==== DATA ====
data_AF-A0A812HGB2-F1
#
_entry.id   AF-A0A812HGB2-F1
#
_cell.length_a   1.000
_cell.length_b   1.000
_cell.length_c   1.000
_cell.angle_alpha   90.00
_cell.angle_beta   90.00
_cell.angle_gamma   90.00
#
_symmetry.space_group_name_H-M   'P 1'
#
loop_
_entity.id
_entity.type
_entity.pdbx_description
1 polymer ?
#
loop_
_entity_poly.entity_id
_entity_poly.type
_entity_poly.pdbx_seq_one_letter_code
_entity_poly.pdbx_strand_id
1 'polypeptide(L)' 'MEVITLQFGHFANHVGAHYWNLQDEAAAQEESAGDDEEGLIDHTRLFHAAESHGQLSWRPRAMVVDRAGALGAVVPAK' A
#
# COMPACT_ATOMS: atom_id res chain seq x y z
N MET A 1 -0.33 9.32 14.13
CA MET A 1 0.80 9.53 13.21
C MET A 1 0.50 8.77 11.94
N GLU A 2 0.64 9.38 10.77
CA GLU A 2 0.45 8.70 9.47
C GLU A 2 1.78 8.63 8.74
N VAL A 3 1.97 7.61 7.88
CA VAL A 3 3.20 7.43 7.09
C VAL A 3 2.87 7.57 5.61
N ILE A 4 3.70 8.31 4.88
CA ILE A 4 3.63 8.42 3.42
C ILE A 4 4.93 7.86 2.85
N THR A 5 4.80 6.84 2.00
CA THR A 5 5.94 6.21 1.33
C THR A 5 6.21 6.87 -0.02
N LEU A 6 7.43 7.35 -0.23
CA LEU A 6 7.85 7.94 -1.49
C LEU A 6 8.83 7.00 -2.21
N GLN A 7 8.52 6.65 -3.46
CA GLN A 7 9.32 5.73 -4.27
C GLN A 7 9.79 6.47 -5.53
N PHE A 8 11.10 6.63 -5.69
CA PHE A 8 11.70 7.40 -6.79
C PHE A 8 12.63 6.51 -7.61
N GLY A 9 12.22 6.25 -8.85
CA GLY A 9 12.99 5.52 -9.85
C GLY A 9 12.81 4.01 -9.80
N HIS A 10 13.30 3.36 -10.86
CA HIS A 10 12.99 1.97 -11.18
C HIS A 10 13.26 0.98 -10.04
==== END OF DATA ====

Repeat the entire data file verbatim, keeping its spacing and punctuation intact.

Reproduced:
data_AF-A0A812HGB2-F1
#
_entry.id   AF-A0A812HGB2-F1
#
_cell.length_a   1.000
_cell.length_b   1.000
_cell.length_c   1.000
_cell.angle_alpha   90.00
_cell.angle_beta   90.00
_cell.angle_gamma   90.00
#
_symmetry.space_group_name_H-M   'P 1'
#
loop_
_entity.id
_entity.type
_entity.pdbx_description
1 polymer ?
#
loop_
_entity_poly.entity_id
_entity_poly.type
_entity_poly.pdbx_seq_one_letter_code
_entity_poly.pdbx_strand_id
1 'polypeptide(L)' 'MEVITLQFGHFANHVGAHYWNLQDEAAAQEESAGDDEEGLIDHTRLFHAAESHGQLSWRPRAMVVDRAGALGAVVPAK' A
#
# COMPACT_ATOMS: atom_id res chain seq x y z
N MET A 1 -0.33 9.32 14.13
CA MET A 1 0.80 9.53 13.21
C MET A 1 0.50 8.77 11.94
N GLU A 2 0.64 9.38 10.77
CA GLU A 2 0.45 8.70 9.47
C GLU A 2 1.78 8.63 8.74
N VAL A 3 1.97 7.61 7.88
CA VAL A 3 3.20 7.43 7.09
C VAL A 3 2.87 7.57 5.61
N ILE A 4 3.70 8.31 4.88
CA ILE A 4 3.63 8.42 3.42
C ILE A 4 4.93 7.86 2.85
N THR A 5 4.80 6.84 2.00
CA THR A 5 5.94 6.21 1.33
C THR A 5 6.21 6.87 -0.02
N LEU A 6 7.43 7.35 -0.23
CA LEU A 6 7.85 7.94 -1.49
C LEU A 6 8.83 7.00 -2.21
N GLN A 7 8.52 6.65 -3.46
CA GLN A 7 9.32 5.73 -4.27
C GLN A 7 9.79 6.47 -5.53
N PHE A 8 11.10 6.63 -5.69
CA PHE A 8 11.70 7.40 -6.79
C PHE A 8 12.63 6.51 -7.61
N GLY A 9 12.22 6.25 -8.85
CA GLY A 9 12.99 5.52 -9.85
C GLY A 9 12.81 4.01 -9.80
N HIS A 10 13.30 3.36 -10.86
CA HIS A 10 12.99 1.97 -11.18
C HIS A 10 13.26 0.98 -10.04